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F2Pool allegedly censors shielded Zcash transactions for reasons unknown

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Is it insidious censorship, secretive economic edges or just good old fashioned laziness? You be the judge.

Key points
  • One of the largest Zcash mining pools, F2Pool, has not been processing certain types of transactions.
  • On the surface, it appears to be a counter-intuitive move, and it's not clear why F2Pool is doing this.
  • F2Pool has said it's probably just a mistake, but the other theories are more fun.

F2Pool is one of the world's largest mining pools and is generally the second or third biggest Zcash (ZEC) mining pool by hashrate at any given time. And it has been censoring shielded transactions since around April 2017, computer scientist Lev Dubinets says.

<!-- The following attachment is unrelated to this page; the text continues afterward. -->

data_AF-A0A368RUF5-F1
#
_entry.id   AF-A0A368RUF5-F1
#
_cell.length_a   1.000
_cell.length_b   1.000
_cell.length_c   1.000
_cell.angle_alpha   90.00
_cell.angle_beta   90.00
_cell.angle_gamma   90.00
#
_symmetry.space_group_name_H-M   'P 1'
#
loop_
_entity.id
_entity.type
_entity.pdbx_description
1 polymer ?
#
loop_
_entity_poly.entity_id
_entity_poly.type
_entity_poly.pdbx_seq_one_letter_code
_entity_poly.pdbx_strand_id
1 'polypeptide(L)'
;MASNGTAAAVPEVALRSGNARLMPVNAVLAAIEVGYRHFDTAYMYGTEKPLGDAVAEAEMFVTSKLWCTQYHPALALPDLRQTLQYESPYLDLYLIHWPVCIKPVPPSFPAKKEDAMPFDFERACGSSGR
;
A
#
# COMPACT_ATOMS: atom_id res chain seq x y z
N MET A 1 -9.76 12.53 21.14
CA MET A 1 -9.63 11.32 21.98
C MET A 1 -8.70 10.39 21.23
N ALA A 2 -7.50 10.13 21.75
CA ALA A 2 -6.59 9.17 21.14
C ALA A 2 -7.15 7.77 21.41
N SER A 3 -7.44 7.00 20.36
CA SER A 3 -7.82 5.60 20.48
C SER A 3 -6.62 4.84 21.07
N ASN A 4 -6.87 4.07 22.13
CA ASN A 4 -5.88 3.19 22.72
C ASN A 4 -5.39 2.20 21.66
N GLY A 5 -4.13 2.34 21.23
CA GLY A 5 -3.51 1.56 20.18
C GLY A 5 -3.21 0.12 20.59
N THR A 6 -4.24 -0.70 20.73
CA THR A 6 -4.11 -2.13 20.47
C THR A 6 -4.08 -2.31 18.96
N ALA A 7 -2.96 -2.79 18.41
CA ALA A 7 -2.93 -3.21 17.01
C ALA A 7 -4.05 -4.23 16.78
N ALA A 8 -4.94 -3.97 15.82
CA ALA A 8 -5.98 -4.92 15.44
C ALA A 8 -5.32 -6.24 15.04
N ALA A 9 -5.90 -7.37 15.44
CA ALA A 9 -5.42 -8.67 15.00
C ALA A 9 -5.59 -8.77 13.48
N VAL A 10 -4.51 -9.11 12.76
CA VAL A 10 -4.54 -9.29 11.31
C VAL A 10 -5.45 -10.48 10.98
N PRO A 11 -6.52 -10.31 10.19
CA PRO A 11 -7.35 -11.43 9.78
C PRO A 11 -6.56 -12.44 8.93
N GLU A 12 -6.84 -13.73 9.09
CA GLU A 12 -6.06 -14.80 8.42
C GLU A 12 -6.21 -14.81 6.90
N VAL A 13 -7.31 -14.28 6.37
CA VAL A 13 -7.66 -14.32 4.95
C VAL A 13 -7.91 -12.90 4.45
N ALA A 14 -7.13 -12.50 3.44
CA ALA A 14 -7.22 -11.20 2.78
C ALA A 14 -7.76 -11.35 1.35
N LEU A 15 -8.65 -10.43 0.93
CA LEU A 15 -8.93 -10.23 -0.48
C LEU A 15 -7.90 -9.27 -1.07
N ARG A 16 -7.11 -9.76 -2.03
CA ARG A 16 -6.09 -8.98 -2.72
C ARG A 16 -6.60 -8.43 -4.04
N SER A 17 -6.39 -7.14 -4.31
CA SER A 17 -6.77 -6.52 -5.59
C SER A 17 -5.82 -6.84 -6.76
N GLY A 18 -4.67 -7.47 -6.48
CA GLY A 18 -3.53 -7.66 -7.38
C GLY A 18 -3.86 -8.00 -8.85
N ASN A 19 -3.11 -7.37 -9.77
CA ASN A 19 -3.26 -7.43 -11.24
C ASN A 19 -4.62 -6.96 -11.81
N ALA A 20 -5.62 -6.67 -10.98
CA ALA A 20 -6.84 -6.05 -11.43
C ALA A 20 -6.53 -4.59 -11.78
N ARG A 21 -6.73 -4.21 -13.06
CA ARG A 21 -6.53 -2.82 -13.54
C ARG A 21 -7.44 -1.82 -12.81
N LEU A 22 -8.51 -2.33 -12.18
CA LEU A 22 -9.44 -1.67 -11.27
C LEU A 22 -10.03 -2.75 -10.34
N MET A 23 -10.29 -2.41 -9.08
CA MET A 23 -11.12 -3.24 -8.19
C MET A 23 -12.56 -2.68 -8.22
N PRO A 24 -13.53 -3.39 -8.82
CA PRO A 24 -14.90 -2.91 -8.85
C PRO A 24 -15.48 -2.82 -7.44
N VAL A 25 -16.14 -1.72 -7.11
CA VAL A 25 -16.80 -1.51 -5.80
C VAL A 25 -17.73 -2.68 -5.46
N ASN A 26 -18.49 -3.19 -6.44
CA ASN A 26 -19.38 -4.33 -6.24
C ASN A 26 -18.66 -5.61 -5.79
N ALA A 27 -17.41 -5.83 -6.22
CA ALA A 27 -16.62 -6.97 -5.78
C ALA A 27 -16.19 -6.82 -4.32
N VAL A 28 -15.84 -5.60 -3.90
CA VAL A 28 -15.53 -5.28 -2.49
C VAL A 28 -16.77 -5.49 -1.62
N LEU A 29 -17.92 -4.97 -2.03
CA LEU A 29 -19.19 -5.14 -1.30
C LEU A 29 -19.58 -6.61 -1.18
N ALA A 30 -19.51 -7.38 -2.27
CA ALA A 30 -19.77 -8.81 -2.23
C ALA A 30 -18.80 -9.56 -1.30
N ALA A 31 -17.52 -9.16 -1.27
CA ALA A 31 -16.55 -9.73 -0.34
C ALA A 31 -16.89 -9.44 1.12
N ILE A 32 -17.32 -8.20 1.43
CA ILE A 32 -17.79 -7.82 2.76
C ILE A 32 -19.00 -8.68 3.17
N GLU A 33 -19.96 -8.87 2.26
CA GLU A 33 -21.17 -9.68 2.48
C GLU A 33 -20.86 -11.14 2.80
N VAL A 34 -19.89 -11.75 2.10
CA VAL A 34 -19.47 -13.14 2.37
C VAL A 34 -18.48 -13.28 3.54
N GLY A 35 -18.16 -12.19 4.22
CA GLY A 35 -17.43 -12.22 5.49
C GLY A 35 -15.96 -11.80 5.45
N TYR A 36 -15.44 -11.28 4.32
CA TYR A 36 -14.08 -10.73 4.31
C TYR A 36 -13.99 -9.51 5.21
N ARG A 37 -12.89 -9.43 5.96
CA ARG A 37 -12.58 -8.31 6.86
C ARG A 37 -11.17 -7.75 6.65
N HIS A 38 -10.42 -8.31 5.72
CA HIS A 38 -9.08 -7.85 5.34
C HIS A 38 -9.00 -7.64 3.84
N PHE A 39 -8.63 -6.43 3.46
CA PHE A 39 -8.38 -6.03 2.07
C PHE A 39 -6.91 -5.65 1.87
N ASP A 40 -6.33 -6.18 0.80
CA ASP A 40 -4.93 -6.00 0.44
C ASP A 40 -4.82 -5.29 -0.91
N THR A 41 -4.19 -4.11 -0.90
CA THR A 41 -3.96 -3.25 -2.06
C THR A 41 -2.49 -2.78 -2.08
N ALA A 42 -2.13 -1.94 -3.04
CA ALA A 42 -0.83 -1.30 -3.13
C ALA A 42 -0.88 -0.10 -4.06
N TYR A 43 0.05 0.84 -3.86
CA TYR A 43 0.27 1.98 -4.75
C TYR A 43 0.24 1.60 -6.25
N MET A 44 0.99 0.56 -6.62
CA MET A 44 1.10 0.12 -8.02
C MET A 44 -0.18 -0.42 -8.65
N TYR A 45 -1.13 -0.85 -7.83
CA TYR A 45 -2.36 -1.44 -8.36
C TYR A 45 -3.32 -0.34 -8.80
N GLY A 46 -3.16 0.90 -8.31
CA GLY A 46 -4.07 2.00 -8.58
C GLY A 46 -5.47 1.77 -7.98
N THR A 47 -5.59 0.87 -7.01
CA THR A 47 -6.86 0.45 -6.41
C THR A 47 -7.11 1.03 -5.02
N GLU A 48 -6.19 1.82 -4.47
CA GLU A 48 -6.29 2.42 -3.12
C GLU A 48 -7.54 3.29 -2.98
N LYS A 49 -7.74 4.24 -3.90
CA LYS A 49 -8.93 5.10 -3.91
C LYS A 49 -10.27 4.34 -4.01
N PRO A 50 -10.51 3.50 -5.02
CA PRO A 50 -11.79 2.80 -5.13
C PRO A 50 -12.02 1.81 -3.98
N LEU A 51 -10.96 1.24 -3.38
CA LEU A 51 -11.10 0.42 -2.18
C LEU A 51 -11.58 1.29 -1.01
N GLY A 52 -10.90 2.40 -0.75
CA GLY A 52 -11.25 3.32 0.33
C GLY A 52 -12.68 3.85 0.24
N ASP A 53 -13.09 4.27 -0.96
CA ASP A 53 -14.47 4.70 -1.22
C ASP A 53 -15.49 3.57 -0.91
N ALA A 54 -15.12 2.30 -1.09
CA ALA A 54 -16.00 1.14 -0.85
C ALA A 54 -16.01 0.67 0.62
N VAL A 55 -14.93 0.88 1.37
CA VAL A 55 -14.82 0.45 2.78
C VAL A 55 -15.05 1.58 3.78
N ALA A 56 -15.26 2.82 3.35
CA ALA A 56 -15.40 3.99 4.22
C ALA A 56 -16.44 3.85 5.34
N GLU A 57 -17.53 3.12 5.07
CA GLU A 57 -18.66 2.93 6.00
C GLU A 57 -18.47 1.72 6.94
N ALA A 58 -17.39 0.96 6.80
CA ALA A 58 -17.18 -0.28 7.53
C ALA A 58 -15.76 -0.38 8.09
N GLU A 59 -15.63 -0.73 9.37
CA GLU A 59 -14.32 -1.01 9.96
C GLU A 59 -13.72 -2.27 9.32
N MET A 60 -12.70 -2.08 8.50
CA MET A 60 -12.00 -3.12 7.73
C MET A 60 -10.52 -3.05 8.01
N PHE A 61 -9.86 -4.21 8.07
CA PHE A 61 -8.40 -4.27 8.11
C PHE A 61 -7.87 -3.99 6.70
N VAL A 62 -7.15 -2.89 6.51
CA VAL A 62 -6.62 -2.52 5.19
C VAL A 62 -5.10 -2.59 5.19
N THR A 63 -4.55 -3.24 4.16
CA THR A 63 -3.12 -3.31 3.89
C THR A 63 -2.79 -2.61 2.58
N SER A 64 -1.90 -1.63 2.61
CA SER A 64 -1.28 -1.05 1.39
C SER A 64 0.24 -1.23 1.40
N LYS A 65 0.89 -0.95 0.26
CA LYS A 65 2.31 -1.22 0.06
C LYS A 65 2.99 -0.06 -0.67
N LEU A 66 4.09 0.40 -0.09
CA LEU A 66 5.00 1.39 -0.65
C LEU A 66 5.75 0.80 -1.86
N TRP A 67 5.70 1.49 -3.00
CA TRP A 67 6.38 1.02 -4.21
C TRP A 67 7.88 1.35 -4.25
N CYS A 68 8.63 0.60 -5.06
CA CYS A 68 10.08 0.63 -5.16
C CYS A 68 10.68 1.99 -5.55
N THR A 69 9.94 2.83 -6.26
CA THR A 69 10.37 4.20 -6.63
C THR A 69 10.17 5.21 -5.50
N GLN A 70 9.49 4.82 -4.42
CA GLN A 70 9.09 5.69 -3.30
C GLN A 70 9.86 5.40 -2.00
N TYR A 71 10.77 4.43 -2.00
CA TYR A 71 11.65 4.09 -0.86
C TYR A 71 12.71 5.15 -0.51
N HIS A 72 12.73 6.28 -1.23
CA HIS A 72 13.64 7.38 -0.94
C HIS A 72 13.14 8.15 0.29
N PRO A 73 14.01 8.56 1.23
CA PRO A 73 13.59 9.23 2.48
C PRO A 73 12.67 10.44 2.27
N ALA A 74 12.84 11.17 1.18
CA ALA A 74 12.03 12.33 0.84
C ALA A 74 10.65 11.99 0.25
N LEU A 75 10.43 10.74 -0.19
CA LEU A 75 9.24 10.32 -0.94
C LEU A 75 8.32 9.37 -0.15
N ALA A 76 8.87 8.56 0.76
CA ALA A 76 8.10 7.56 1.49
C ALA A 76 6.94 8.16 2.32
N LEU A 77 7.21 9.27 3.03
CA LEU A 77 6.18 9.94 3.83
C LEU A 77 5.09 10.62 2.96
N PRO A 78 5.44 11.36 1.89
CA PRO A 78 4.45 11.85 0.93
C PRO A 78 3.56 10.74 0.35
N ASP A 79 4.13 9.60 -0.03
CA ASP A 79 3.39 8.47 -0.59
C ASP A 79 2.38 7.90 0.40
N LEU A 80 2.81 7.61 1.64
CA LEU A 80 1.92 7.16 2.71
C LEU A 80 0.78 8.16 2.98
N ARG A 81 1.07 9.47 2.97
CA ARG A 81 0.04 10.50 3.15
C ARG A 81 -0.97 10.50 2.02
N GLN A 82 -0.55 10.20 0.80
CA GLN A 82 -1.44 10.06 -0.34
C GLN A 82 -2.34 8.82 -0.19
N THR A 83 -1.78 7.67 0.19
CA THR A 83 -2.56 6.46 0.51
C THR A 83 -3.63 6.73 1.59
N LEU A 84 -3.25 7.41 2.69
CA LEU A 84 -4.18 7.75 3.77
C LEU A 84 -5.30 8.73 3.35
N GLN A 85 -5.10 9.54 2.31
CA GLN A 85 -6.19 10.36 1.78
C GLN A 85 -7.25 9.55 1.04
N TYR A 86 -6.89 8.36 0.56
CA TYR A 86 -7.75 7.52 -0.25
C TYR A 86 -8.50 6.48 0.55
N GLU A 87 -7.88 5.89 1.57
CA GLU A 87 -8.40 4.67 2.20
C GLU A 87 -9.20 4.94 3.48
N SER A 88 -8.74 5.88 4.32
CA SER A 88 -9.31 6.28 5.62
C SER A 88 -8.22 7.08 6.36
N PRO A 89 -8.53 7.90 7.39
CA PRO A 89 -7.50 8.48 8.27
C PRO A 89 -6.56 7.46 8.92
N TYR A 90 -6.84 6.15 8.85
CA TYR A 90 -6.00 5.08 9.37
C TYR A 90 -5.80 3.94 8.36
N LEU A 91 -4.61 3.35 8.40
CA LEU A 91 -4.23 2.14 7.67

Shielded transactions in Zcash are private transactions. These transactions hide the sending and receiving addresses as well as the amount being sent. Without those details you can't tie users and transactions together, and therefore have anonymous transactions.

Zcash users can shield their transactions by sending funds between shielded addresses, while those who prefer transparency can use non-shielded addresses instead. The end result is an optional privacy mode. Both types of addresses are interoperable and there's also a kind of partial privacy for transactions between shielded and non-shielded addresses.

F2Pool has been censoring shielded transactions. Specifically, it's not touching transactions that are going to or from shielded addresses. For more than two years now, it has been avoiding these types of transactions. This is problematic for a couple of reasons.